Shoutout to NUS Electronic Music Lab (EML)! They’re a really fun and talented bunch. Even having entered the club with several years of music production experience, there’s so much to learn from everyone, even those who’ve never touched a DAW before. They make production choices and break rules in creative ways, intentionally or otherwise, that I’ve never considered on my own. We’re also extremely fortunate to have Ableton-certified trainer Benjamin Ang as our artistic director. He’s very supportive and always equipping us with new techniques and expanding our production and performance toolkit.

It’s so easy to get overly comfortable with particular production choices which can often lead to a creative block, so gathering all these fresh perspectives from everyone at the club has been very helpful. It was also through EML that I had my first experience of performing electronic music live when we did a couple of shows for our university’s art festival earlier this year!

Most of all, I’m super grateful for the community. I think anyone’s who’s genuinely tried a hand at making art can relate when I say that it can get lonely and tough at times, so the motivation you get from being around people who support you and love doing the same thing as you is absolutely invaluable.


Modular seems to be an ever-evolving process – are there any modules you can’t live without? We'd love to hear about the modules that are central to your system / unique to your workflow and why you love them.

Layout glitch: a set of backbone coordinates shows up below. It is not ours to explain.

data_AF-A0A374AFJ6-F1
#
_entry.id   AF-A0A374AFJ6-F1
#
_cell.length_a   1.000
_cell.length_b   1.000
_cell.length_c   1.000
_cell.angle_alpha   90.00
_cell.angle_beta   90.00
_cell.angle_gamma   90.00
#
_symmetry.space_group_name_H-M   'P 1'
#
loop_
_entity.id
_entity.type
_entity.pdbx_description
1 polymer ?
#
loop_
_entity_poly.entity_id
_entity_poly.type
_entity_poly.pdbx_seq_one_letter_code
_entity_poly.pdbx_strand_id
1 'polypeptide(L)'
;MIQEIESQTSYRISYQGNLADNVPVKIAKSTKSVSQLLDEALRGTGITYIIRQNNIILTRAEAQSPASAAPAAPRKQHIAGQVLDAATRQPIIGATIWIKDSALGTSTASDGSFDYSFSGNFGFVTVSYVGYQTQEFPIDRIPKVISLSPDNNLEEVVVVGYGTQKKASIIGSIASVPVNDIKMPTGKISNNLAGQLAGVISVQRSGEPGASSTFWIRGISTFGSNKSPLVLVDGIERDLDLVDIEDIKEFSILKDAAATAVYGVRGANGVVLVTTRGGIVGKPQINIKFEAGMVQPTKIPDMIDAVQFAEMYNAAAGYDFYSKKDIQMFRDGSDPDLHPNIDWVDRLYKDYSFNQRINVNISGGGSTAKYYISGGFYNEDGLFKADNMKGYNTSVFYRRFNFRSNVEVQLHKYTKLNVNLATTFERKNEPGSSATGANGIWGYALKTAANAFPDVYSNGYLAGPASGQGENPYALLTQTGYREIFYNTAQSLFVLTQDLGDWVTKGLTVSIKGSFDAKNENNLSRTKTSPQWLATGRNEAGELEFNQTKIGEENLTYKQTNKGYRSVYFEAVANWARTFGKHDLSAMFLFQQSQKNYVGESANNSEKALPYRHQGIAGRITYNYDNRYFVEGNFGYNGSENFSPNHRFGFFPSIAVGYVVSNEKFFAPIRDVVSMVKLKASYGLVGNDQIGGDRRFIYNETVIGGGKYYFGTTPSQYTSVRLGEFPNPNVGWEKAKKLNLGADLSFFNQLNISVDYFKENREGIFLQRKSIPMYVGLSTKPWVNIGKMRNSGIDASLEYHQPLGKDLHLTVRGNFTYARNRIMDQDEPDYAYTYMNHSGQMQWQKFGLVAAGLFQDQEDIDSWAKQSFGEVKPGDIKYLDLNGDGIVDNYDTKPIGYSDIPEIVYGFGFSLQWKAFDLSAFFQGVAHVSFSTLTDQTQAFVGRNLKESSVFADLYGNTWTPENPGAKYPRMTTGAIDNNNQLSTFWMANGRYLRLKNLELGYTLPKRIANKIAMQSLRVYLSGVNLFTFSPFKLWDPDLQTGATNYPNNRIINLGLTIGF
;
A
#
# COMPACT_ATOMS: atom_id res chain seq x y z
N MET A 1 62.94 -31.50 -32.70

Absolutely! First and foremost, it’s gotta be Make Noise’s Morphagene. It’s pretty much the heart of my modular system. I use it mainly as a continuous sample mangler and I love the way it warps sounds. You could run anything through it – recordings of a piano, birds, stuff around the house – and it’s instant inspiration. It’s all over my music. For instance, apart from one synth lead, my track “Forgotten Shores” is essentially a Morphagene-warped microcassette recording of me playing the piano.

Mutable Instrument’s Marbles is another one. It generates random signals which you can use to modulate parameters, trigger events, form rhythms, write melodies – do all sorts of things really. Leaving such elements of music to chance is a huge part of my music as well, and it’s one of the great joys of modular. With all the controlled chaos in the mix, I always end up crafting sounds and melodies I would never have thought of outside of a modular system. It’s also fun to just set up a patch and let randomness evolve the music over time, giving it a life of its own.

Image: Bokeh Fields


Any LPs from that ambient section of ours you would recommend to people?